With Vancouver City Council’s decision to approve the rezoning application for 495 West 41st Avenue, three of the four corners of the important intersection of Cambie Street and West 41st Avenue are now ready for redevelopment.
This project for the vacant northeast corner received City Council approval in an 8-1 vote earlier this week, with COPE Councilor Jean Swanson opposed and TEAM Councilor Colleen absent. Hardwick and ABC Advisor Rebecca Bligh.
PCI Developments’ plan calls for a 164-foot-tall, 14-story mixed-use building with 99 secure rental units – 55 one-bedroom units and 44 two-bedroom units. Residents will have access to indoor and outdoor amenity spaces on the fourth level (the roof of the commercial podium) and the roof of the building.
The original proposal called for 13 additional rental units, but the lowest residential level has now been converted to commercial uses for a total of three floors of retail and office at the bottom of the building. There will now be 30,000 square feet of commercial uses, with TD Bank set to occupy much of the high-profile space, replacing its current location just across the street.
NPA Councilor Melissa De Genova and ABC Councilor Sarah Kirby-Yung commented on the need for more rental housing and the welcome change for long-vacant property.
“I often pass by this wasteland and it’s a bit sad. Many people were hoping to see this come to life, instead of this empty lot. Rental housing complements much of the strata that have already been developed in the Cambie Corridor,” Kirby-Yung said.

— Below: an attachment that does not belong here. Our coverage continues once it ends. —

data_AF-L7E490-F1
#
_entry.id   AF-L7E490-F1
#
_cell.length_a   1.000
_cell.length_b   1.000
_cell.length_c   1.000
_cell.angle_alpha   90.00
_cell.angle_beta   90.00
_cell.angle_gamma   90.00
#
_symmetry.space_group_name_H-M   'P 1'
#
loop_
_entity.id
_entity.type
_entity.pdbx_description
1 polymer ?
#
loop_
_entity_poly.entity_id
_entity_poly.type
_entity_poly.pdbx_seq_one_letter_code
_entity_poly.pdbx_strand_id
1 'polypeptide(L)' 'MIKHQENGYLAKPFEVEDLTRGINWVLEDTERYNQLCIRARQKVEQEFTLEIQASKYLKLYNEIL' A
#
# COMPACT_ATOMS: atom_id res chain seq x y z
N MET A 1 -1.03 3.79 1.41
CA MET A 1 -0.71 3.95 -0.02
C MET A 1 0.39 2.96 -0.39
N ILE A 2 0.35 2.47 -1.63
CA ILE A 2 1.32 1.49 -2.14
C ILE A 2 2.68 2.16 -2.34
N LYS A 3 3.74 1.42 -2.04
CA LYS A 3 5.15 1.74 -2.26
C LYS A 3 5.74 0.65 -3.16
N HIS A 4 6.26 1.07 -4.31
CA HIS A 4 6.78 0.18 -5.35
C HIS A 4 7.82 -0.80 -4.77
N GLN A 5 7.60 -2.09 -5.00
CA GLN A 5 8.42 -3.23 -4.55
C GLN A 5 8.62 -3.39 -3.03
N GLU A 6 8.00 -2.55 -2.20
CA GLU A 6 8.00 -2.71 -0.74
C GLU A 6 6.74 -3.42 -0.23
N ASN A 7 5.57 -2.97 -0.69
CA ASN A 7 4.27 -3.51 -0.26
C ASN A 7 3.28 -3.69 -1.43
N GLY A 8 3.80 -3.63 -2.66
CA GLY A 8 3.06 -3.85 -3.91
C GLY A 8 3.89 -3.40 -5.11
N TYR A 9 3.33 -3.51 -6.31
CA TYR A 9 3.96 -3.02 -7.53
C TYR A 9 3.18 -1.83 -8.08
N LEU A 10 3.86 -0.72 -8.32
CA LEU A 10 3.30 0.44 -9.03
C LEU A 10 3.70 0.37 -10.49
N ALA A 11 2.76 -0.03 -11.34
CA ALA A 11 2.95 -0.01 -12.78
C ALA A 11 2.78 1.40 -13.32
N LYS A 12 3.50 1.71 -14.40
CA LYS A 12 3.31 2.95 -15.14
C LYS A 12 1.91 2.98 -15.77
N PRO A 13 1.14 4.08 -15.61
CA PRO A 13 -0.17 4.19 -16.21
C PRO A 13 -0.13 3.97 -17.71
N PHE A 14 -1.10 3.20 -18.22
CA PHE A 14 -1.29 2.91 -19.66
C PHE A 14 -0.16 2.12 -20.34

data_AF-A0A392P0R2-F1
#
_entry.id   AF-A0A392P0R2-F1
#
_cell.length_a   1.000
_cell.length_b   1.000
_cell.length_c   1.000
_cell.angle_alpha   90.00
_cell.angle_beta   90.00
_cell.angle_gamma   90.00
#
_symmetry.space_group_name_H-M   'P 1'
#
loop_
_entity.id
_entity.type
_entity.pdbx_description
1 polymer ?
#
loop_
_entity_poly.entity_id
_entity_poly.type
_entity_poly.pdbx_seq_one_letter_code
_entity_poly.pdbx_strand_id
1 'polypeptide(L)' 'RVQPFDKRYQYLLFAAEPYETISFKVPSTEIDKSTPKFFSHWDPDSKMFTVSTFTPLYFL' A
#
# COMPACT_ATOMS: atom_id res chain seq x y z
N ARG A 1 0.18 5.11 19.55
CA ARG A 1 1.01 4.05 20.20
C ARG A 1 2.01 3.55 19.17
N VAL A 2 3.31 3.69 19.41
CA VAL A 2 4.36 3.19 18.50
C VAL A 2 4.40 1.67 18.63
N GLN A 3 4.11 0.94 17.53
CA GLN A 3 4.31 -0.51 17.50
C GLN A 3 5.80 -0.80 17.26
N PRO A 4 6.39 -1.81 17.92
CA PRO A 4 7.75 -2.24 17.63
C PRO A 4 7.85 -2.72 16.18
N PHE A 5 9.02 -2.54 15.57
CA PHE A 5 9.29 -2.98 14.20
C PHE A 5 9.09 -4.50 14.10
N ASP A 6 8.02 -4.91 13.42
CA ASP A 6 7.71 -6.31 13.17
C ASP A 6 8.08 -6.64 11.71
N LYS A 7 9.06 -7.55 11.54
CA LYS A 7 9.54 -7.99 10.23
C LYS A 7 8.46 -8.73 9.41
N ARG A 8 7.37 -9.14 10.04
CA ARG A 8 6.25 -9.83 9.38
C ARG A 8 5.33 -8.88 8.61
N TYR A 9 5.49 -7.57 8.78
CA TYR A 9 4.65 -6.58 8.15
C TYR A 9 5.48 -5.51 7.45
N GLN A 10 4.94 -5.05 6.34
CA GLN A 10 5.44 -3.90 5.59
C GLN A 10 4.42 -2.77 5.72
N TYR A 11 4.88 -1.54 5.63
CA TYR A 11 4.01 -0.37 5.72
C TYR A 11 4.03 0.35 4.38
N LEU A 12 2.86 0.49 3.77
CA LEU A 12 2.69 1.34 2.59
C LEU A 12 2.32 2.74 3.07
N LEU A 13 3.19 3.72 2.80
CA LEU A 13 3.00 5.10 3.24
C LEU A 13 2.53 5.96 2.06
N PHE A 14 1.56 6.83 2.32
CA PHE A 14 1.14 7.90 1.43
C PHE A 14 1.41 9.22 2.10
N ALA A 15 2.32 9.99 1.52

“In terms of commercial space, there’s a huge opportunity here for local food, cafes and retail stores, all to meet day-to-day needs…We’ve put a lot of housing in this area, but we didn’t put those needs there, and we force people to travel for their daily needs.
The property was previously a gas station over ten years ago. It was owned by Cormandel Properties until June 2020, when it changed hands to PCI Developments in a deal worth $40 million, records show. Cormandel Properties acquired the property about seven years ago for $16 million for its plans to develop a 12-story building with condominiums and retail, but the proposal was stalled.
City staff explained that the developer was unable to acquire 488 West 40th Avenue – the adjacent four-story residential property built in the 1990s and located immediately to the north – for a larger development. , which would have made an adjacent lot of 260 feet. – large tower, based on the city’s Cambie Corridor plan.
The Cambie Corridor plan stipulates that vacant land at the corner can only reach a maximum height of 150 feet, with multiple floors of commercial uses at the base and office or rental accommodation on the upper levels. The now approved project aligns with the zone plan.
“I could vote for this if there was an affordable price, but it looks like the landlord is going to make money from the commercial spaces downstairs and the rental spaces upstairs. I just don’t see what we get out of it, so that’s a no on my part,” Swanson said in his justification against the project.
The building will have a total floor area of 101,000 square feet, establishing a floor area ratio density of one floor area that is 6.4 times larger than the land size of 15,800 square feet.
Three underground levels will contain 65 vehicle parking spaces and 186 secure bicycle parking spaces. The location is immediately adjacent to the Oakridge Park shopping center (the new name for Oakridge Centre), the Oakridge-41st Avenue SkyTrain station, and bus stops for the R4 41st Avenue RapidBus.
The design company for the project is Perkins & Will Architects.
“The arrangement of the balcony modules strengthens and reinforces the regularity of the building’s fabric. While the grid is strongly reflected on the facade as a result, the operable screens [on the north- and south-facing units] and the random patterns created by their users introduce an extra layer of animation and variety that allows for constant transformation,” reads the design logic.